The martyrdom of Christopher Stevens
J. Christopher Stevens exemplified American diplomacy at its best, and for that he was murdered.
Diplomacy can be dry, it can be political, it can be ineffective — a necessary evil perpetrated by career bureaucrats. But sometimes diplomacy can have a transformative effect on a country, elevating justice and, not to be hyperbolic, making the world a more perfect place.
Christopher Stevens, who, until his murder on Tuesday in Benghazi was the American Ambassador to Libya, was a peaceful warrior, using diplomacy to aid a revolution. Stevens arrived in Benghazi during the American-backed Libyan revolution on a Greek cargo ship and set up a diplomatic beachhead in a war-torn city.
Stevens was charismatic kid from the Bay Area who grew up to be not only a highly successful diplomat, but one who cared passionately about his charge.
The stories of him making cappuccinos for John McCain at the embassy, gently mocking Gadaffi’s goons (pre-revolution) and emailing home about how a soft-rock 80's cover band that his staff scrounged up made him feel right at home on the 4th of July, show he could treat his job with a seriousness he never felt compelled to apply to himself.
From the picture of him chatting in Arabic with Libyan kids near the beach to the one of Libyan allies dragging an unconscious Stevens from the embassy in a desperate effort to save his life, it’s clear that Stevens was much more than a suit crudely pushing Western interests.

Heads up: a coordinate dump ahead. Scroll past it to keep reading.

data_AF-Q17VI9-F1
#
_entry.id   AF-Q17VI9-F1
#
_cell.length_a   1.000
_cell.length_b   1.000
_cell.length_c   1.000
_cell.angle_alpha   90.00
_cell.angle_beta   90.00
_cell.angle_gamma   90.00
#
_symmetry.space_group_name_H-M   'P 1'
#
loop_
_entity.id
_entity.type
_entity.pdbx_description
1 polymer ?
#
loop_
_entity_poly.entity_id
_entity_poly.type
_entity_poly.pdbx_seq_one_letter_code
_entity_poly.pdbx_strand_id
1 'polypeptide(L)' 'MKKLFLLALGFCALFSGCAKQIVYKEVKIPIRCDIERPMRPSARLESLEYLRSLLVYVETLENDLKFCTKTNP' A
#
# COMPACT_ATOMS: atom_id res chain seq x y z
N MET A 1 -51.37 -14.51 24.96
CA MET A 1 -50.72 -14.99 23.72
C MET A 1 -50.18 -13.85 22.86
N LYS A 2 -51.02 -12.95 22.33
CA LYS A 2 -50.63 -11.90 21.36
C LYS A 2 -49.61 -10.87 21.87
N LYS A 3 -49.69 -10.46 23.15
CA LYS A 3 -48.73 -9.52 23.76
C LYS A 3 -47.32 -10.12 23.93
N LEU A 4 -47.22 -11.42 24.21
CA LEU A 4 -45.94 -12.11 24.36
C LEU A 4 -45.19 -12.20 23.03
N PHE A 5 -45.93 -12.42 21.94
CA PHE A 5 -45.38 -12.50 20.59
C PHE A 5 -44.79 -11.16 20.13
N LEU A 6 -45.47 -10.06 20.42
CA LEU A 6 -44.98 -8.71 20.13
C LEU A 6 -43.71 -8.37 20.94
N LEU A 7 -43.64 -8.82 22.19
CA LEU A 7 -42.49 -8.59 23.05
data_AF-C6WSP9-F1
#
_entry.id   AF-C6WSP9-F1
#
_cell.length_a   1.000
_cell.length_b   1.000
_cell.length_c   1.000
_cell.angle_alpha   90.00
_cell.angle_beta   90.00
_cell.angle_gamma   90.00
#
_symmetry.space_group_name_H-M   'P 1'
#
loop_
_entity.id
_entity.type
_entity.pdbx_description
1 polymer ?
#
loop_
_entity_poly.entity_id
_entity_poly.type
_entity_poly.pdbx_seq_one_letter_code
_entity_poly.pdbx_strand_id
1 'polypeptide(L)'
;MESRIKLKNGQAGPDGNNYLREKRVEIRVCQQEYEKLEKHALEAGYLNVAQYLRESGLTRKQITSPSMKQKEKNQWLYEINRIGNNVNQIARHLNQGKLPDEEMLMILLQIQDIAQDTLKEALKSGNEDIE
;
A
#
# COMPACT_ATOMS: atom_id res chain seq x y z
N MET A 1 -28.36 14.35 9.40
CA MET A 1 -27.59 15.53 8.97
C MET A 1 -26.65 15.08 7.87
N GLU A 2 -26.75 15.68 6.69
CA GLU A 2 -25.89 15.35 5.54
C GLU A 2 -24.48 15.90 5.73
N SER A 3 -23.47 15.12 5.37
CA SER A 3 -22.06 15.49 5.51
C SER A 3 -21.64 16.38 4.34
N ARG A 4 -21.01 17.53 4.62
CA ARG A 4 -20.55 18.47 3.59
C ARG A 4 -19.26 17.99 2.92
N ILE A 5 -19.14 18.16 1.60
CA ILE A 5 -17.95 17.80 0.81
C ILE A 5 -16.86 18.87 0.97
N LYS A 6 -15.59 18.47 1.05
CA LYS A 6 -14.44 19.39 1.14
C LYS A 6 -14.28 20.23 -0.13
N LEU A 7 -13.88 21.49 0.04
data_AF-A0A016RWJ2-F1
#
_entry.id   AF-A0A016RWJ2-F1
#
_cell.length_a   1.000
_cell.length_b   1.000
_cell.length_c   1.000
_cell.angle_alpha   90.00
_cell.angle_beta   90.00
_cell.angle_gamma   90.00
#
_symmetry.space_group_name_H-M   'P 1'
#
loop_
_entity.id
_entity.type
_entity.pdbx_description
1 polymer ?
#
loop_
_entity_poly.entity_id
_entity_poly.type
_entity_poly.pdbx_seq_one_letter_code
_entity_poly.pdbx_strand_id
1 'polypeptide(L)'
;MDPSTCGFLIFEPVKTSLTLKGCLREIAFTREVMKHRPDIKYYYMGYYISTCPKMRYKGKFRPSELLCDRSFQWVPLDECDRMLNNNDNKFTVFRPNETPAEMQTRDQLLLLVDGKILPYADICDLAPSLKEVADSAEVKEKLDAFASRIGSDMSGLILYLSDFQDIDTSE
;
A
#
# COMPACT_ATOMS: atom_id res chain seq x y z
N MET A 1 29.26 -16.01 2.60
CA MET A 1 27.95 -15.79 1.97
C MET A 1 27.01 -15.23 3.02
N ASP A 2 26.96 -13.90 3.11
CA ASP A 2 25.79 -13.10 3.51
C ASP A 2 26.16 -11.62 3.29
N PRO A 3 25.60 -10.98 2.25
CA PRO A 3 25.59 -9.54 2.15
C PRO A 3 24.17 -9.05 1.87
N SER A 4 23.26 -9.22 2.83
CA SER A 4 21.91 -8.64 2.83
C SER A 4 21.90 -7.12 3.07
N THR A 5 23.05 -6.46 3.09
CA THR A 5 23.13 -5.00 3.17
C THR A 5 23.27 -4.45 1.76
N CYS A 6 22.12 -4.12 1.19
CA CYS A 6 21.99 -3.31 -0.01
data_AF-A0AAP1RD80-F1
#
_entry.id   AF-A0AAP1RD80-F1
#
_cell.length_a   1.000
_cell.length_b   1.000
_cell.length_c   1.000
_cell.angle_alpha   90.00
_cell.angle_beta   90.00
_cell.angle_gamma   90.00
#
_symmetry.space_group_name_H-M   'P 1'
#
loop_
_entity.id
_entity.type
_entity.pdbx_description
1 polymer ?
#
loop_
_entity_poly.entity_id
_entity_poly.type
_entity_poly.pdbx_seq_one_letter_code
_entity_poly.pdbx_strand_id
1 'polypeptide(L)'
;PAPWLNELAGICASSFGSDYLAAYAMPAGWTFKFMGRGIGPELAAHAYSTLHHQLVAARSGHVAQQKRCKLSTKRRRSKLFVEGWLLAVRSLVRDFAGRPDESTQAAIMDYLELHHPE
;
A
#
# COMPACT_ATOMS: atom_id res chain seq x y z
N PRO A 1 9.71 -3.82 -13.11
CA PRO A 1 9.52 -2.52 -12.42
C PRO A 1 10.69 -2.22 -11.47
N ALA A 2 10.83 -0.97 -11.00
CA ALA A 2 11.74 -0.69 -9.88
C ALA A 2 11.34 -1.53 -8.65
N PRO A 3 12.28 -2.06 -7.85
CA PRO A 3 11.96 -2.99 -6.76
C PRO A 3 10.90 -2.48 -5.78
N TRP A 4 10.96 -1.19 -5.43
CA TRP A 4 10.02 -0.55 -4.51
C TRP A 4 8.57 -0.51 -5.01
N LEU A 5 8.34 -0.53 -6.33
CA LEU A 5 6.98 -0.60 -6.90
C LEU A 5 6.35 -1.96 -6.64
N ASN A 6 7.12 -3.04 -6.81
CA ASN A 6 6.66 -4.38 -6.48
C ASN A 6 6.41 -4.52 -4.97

Obviously there’s a long road to democracy ahead for Libya, but Stevens, who arrived in Benghazi carrying little more than a bag with €60,000 in embassy seed money, was up to the challenge. More than that, the way he executed his duties paint a picture of a man who was unafraid of death and put faith in the goodness of the Libyan people — which makes the actions of the terrorists all the more deplorable.
Stevens was known for his runs through the countryside and walking the streets to interact with locals. He knew the security risks that went along with this, and made his decision accordingly. In large part his success was due to the personal relationships he forged with Libyans on an individual basis, leading to an outpouring of support and messages of love following his death among Libyans.
“There are causes worth dying for but none worth killing for.” - Albert Camus
The death of Stevens, his murder by terrorists, exemplify the quotation above. Stevens was not simply a victim of terror, as so many others tragically have been. He was a martyr for the cause of American diplomacy and Libyan freedom; so he shall be remembered.